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Old 04-29-2011, 07:42 PM   #12 (permalink)
Squirrelfighter
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There's some very solid information here but there's a big part that's missing. The fact that there are three separate kinds of muscles and developing each is a completely different process. I'll use takedowns as an example since that's an application of explosiveness that everyone sees in a similar way, where as applied hand movement is too variable.

The first is slow twitch muscle fibers (type 1). There muscle fibers use are highly oxygenated and apply most effectively in MMA for endurance. Circuitry is the best way to develop these. However in the case of these, they apply little to explosively strengthening the bench press, or developing quick hand movement. These are developed through lifting for many reps at a moderate pace. I only noted them so there is a reference point for type 2's. Think of the muscles used here in the Jake Shields style takedown, enduring and pressured, but with little explosiveness.

Fast twitch muscle fibers (type 2a) firstly. Type 2a muscles are strength muscles. These muscles, while possessing a protracted explosiveness, do not work at the extreme pace needed for true explosive lifting. These muscle fibers to not reach their full contraction as quickly as type 2b fibers and thus, are not as explosive. These muscle fibers are developed through heavy lifting at the approximation of an aggressive pace. Here, think of the Phil Davis or Josh Koscheck style power double leg that's not the fastest, but is strong and overpowering.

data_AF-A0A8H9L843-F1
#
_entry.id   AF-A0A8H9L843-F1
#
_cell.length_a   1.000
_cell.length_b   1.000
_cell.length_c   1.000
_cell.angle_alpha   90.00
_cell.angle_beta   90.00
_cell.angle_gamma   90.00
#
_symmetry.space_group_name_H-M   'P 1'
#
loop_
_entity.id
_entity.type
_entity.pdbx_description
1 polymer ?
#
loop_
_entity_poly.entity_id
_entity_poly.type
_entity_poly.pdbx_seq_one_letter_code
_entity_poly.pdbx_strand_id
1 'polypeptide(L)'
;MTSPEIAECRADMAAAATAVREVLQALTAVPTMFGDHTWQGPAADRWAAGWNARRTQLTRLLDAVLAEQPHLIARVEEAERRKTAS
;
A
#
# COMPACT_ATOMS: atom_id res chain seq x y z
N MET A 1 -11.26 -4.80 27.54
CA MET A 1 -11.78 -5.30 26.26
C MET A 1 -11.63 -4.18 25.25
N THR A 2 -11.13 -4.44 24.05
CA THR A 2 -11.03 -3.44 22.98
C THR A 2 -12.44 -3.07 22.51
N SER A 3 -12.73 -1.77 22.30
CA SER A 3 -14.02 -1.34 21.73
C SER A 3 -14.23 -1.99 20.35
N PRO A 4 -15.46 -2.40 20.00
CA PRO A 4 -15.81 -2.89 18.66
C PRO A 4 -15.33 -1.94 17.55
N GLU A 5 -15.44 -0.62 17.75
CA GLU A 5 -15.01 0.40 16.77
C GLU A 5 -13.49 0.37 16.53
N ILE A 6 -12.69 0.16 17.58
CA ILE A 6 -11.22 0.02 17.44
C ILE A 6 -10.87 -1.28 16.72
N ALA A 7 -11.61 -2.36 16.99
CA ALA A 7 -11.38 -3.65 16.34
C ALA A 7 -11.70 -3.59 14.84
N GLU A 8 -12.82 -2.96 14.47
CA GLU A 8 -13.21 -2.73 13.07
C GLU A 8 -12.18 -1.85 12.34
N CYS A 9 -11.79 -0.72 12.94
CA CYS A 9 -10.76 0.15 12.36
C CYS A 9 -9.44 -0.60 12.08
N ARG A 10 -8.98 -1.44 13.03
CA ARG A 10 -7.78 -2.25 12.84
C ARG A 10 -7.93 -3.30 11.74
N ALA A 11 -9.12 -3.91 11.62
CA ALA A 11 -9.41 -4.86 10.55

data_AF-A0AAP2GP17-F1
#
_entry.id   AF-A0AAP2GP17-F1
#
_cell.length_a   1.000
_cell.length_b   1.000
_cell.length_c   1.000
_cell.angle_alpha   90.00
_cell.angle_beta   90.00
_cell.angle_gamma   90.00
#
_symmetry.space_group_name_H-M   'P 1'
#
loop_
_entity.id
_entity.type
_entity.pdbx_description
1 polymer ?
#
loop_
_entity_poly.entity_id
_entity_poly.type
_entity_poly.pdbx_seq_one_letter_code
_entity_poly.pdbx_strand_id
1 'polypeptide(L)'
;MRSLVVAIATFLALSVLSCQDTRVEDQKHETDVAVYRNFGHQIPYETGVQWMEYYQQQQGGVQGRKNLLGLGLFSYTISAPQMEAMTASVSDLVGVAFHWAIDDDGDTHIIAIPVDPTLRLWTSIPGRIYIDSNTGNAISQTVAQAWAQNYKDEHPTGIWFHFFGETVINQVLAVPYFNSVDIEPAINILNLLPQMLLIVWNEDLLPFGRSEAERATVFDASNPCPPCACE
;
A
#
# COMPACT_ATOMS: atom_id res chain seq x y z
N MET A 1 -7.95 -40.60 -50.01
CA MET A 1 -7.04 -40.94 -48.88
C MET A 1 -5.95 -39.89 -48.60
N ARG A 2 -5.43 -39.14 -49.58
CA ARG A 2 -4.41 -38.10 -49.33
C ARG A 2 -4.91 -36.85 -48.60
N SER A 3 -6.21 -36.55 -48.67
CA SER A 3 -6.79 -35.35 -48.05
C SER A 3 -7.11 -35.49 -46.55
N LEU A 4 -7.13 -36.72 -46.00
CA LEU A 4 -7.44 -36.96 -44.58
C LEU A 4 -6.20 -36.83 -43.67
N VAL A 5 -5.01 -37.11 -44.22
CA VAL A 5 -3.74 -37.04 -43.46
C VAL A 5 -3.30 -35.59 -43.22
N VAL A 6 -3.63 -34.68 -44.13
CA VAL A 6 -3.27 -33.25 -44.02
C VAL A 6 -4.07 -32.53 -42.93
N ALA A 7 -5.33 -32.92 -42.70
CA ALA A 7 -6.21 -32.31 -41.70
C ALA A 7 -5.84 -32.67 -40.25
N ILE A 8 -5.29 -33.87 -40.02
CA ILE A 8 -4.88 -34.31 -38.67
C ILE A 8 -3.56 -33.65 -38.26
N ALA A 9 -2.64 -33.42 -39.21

Finally, type 2b fibers. These fibers are where true explosiveness comes from. These fibers achieve full contraction in the shortest period of time and, while not producing as much kinetic energy as type 2a, produce the energy far faster. These fibers are developed through lifting moderate weight as fast as physically possible to the point where the weight defies gravity. In the case of the bench press, the weight would have to feel weightless in the palm to be true explosive benching. Here, think of the GSP style single or double leg that is a single bursting movement to which it is very difficult to react.

As was mentioned by North, some lifters do a split where they lift heavy, and another separate dynamic day. These lifters are working both forms of their type 2 muscle fibers. Which makes sense, since powerlifters would need to activate both the rapid contraction, and strong contraction fibers in their muscles to lift the extreme weights they use in competition.
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